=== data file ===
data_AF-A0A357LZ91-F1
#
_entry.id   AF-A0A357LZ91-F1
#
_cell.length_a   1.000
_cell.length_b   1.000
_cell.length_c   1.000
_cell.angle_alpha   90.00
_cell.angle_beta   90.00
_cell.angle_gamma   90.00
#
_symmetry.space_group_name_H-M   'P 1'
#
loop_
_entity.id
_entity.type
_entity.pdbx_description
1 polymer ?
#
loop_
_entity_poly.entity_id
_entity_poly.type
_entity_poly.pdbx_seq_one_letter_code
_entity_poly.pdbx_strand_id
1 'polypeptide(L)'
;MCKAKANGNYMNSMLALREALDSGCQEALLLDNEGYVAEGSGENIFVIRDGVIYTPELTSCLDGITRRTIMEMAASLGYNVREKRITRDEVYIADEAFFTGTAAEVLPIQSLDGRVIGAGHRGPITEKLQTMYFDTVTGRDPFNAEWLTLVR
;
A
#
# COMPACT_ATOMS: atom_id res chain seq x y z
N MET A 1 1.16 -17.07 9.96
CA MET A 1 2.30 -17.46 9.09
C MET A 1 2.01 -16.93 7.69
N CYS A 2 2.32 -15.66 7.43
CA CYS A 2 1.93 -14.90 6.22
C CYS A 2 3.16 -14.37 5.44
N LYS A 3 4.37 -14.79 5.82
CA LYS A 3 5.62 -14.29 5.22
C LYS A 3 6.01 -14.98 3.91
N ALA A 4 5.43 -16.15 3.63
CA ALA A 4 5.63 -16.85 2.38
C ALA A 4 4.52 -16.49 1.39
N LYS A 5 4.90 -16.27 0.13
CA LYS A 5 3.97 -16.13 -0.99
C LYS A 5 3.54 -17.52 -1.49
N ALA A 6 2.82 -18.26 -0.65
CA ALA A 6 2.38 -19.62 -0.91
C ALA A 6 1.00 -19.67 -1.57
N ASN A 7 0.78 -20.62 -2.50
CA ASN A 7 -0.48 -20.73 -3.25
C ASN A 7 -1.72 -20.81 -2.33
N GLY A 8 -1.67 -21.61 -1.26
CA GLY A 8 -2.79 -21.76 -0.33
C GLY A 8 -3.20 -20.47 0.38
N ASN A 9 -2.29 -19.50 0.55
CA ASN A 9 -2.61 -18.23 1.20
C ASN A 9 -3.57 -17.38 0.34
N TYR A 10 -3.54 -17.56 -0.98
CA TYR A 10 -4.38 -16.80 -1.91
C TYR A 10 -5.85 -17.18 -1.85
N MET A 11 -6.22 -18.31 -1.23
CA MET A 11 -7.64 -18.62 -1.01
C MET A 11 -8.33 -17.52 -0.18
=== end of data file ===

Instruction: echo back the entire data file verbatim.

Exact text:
data_AF-A0A357LZ91-F1
#
_entry.id   AF-A0A357LZ91-F1
#
_cell.length_a   1.000
_cell.length_b   1.000
_cell.length_c   1.000
_cell.angle_alpha   90.00
_cell.angle_beta   90.00
_cell.angle_gamma   90.00
#
_symmetry.space_group_name_H-M   'P 1'
#
loop_
_entity.id
_entity.type
_entity.pdbx_description
1 polymer ?
#
loop_
_entity_poly.entity_id
_entity_poly.type
_entity_poly.pdbx_seq_one_letter_code
_entity_poly.pdbx_strand_id
1 'polypeptide(L)'
;MCKAKANGNYMNSMLALREALDSGCQEALLLDNEGYVAEGSGENIFVIRDGVIYTPELTSCLDGITRRTIMEMAASLGYNVREKRITRDEVYIADEAFFTGTAAEVLPIQSLDGRVIGAGHRGPITEKLQTMYFDTVTGRDPFNAEWLTLVR
;
A
#
# COMPACT_ATOMS: atom_id res chain seq x y z
N MET A 1 1.16 -17.07 9.96
CA MET A 1 2.30 -17.46 9.09
C MET A 1 2.01 -16.93 7.69
N CYS A 2 2.32 -15.66 7.43
CA CYS A 2 1.93 -14.90 6.22
C CYS A 2 3.16 -14.37 5.44
N LYS A 3 4.37 -14.79 5.82
CA LYS A 3 5.62 -14.29 5.22
C LYS A 3 6.01 -14.98 3.91
N ALA A 4 5.43 -16.15 3.63
CA ALA A 4 5.63 -16.85 2.38
C ALA A 4 4.52 -16.49 1.39
N LYS A 5 4.90 -16.27 0.13
CA LYS A 5 3.97 -16.13 -0.99
C LYS A 5 3.54 -17.52 -1.49
N ALA A 6 2.82 -18.26 -0.65
CA ALA A 6 2.38 -19.62 -0.91
C ALA A 6 1.00 -19.67 -1.57
N ASN A 7 0.78 -20.62 -2.50
CA ASN A 7 -0.48 -20.73 -3.25
C ASN A 7 -1.72 -20.81 -2.33
N GLY A 8 -1.67 -21.61 -1.26
CA GLY A 8 -2.79 -21.76 -0.33
C GLY A 8 -3.20 -20.47 0.38
N ASN A 9 -2.29 -19.50 0.55
CA ASN A 9 -2.61 -18.23 1.20
C ASN A 9 -3.57 -17.38 0.34
N TYR A 10 -3.54 -17.56 -0.98
CA TYR A 10 -4.38 -16.80 -1.91
C TYR A 10 -5.85 -17.18 -1.85
N MET A 11 -6.22 -18.31 -1.23
CA MET A 11 -7.64 -18.62 -1.01
C MET A 11 -8.33 -17.52 -0.18